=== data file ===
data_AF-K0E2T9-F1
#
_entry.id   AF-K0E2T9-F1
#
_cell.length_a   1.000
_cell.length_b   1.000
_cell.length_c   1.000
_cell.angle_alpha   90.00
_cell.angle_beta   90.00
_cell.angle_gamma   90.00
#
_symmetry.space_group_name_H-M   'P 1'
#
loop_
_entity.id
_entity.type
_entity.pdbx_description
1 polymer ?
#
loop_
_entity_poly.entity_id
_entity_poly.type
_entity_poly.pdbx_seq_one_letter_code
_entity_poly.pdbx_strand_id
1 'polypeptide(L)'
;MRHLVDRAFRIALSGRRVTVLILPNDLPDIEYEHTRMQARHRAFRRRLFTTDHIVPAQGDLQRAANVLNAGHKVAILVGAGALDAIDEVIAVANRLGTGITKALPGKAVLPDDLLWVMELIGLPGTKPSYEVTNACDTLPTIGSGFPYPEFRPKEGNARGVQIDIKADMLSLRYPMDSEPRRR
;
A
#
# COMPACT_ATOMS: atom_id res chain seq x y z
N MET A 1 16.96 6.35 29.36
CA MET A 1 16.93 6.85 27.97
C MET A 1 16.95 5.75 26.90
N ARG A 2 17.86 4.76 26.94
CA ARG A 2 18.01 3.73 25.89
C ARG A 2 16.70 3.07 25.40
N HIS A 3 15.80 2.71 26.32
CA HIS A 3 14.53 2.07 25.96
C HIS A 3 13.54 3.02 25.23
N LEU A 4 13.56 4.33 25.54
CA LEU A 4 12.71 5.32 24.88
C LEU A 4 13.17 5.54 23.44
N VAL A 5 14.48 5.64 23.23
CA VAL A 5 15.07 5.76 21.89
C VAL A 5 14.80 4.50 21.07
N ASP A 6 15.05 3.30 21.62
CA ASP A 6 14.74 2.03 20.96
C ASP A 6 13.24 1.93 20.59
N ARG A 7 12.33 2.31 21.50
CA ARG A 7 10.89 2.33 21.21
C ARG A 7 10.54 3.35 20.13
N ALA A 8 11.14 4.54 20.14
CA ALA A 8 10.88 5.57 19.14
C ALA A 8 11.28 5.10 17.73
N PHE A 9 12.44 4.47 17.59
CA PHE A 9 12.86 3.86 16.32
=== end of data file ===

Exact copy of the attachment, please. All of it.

data_AF-K0E2T9-F1
#
_entry.id   AF-K0E2T9-F1
#
_cell.length_a   1.000
_cell.length_b   1.000
_cell.length_c   1.000
_cell.angle_alpha   90.00
_cell.angle_beta   90.00
_cell.angle_gamma   90.00
#
_symmetry.space_group_name_H-M   'P 1'
#
loop_
_entity.id
_entity.type
_entity.pdbx_description
1 polymer ?
#
loop_
_entity_poly.entity_id
_entity_poly.type
_entity_poly.pdbx_seq_one_letter_code
_entity_poly.pdbx_strand_id
1 'polypeptide(L)'
;MRHLVDRAFRIALSGRRVTVLILPNDLPDIEYEHTRMQARHRAFRRRLFTTDHIVPAQGDLQRAANVLNAGHKVAILVGAGALDAIDEVIAVANRLGTGITKALPGKAVLPDDLLWVMELIGLPGTKPSYEVTNACDTLPTIGSGFPYPEFRPKEGNARGVQIDIKADMLSLRYPMDSEPRRR
;
A
#
# COMPACT_ATOMS: atom_id res chain seq x y z
N MET A 1 16.96 6.35 29.36
CA MET A 1 16.93 6.85 27.97
C MET A 1 16.95 5.75 26.90
N ARG A 2 17.86 4.76 26.94
CA ARG A 2 18.01 3.73 25.89
C ARG A 2 16.70 3.07 25.40
N HIS A 3 15.80 2.71 26.32
CA HIS A 3 14.53 2.07 25.96
C HIS A 3 13.54 3.02 25.23
N LEU A 4 13.56 4.33 25.54
CA LEU A 4 12.71 5.32 24.88
C LEU A 4 13.17 5.54 23.44
N VAL A 5 14.48 5.64 23.23
CA VAL A 5 15.07 5.76 21.89
C VAL A 5 14.80 4.50 21.07
N ASP A 6 15.05 3.30 21.62
CA ASP A 6 14.74 2.03 20.96
C ASP A 6 13.24 1.93 20.59
N ARG A 7 12.33 2.31 21.50
CA ARG A 7 10.89 2.33 21.21
C ARG A 7 10.54 3.35 20.13
N ALA A 8 11.14 4.54 20.14
CA ALA A 8 10.88 5.57 19.14
C ALA A 8 11.28 5.10 17.73
N PHE A 9 12.44 4.47 17.59
CA PHE A 9 12.86 3.86 16.32